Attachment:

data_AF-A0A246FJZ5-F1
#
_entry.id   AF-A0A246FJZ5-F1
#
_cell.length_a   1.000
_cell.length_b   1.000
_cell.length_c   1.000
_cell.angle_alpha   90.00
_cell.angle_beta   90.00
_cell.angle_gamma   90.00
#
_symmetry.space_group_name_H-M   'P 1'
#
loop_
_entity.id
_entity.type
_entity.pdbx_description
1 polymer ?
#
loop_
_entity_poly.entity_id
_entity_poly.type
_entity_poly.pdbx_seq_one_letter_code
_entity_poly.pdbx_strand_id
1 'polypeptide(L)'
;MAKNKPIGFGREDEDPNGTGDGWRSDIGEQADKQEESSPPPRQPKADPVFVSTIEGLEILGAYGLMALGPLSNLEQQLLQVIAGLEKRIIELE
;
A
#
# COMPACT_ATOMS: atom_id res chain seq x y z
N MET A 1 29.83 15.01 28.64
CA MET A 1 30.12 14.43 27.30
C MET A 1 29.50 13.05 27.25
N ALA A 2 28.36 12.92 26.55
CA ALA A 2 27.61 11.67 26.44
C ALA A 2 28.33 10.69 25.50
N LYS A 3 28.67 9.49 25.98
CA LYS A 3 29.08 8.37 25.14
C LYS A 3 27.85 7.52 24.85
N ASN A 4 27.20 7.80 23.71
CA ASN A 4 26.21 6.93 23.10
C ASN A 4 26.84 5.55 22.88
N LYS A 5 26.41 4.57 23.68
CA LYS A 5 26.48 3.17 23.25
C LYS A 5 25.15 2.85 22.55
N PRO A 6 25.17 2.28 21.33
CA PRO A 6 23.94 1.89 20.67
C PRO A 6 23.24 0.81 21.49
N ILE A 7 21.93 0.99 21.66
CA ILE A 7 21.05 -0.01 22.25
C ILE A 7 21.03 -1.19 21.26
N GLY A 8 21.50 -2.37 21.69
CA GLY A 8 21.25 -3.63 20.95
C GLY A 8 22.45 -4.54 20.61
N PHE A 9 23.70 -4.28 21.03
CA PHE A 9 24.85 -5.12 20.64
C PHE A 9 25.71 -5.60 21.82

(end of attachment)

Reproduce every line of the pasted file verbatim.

data_AF-A0A246FJZ5-F1
#
_entry.id   AF-A0A246FJZ5-F1
#
_cell.length_a   1.000
_cell.length_b   1.000
_cell.length_c   1.000
_cell.angle_alpha   90.00
_cell.angle_beta   90.00
_cell.angle_gamma   90.00
#
_symmetry.space_group_name_H-M   'P 1'
#
loop_
_entity.id
_entity.type
_entity.pdbx_description
1 polymer ?
#
loop_
_entity_poly.entity_id
_entity_poly.type
_entity_poly.pdbx_seq_one_letter_code
_entity_poly.pdbx_strand_id
1 'polypeptide(L)'
;MAKNKPIGFGREDEDPNGTGDGWRSDIGEQADKQEESSPPPRQPKADPVFVSTIEGLEILGAYGLMALGPLSNLEQQLLQVIAGLEKRIIELE
;
A
#
# COMPACT_ATOMS: atom_id res chain seq x y z
N MET A 1 29.83 15.01 28.64
CA MET A 1 30.12 14.43 27.30
C MET A 1 29.50 13.05 27.25
N ALA A 2 28.36 12.92 26.55
CA ALA A 2 27.61 11.67 26.44
C ALA A 2 28.33 10.69 25.50
N LYS A 3 28.67 9.49 25.98
CA LYS A 3 29.08 8.37 25.14
C LYS A 3 27.85 7.52 24.85
N ASN A 4 27.20 7.80 23.71
CA ASN A 4 26.21 6.93 23.10
C ASN A 4 26.84 5.55 22.88
N LYS A 5 26.41 4.57 23.68
CA LYS A 5 26.48 3.17 23.25
C LYS A 5 25.15 2.85 22.55
N PRO A 6 25.17 2.28 21.33
CA PRO A 6 23.94 1.89 20.67
C PRO A 6 23.24 0.81 21.49
N ILE A 7 21.93 0.99 21.66
CA ILE A 7 21.05 -0.01 22.25
C ILE A 7 21.03 -1.19 21.26
N GLY A 8 21.50 -2.37 21.69
CA GLY A 8 21.25 -3.63 20.95
C GLY A 8 22.45 -4.54 20.61
N PHE A 9 23.70 -4.28 21.03
CA PHE A 9 24.85 -5.12 20.64
C PHE A 9 25.71 -5.60 21.82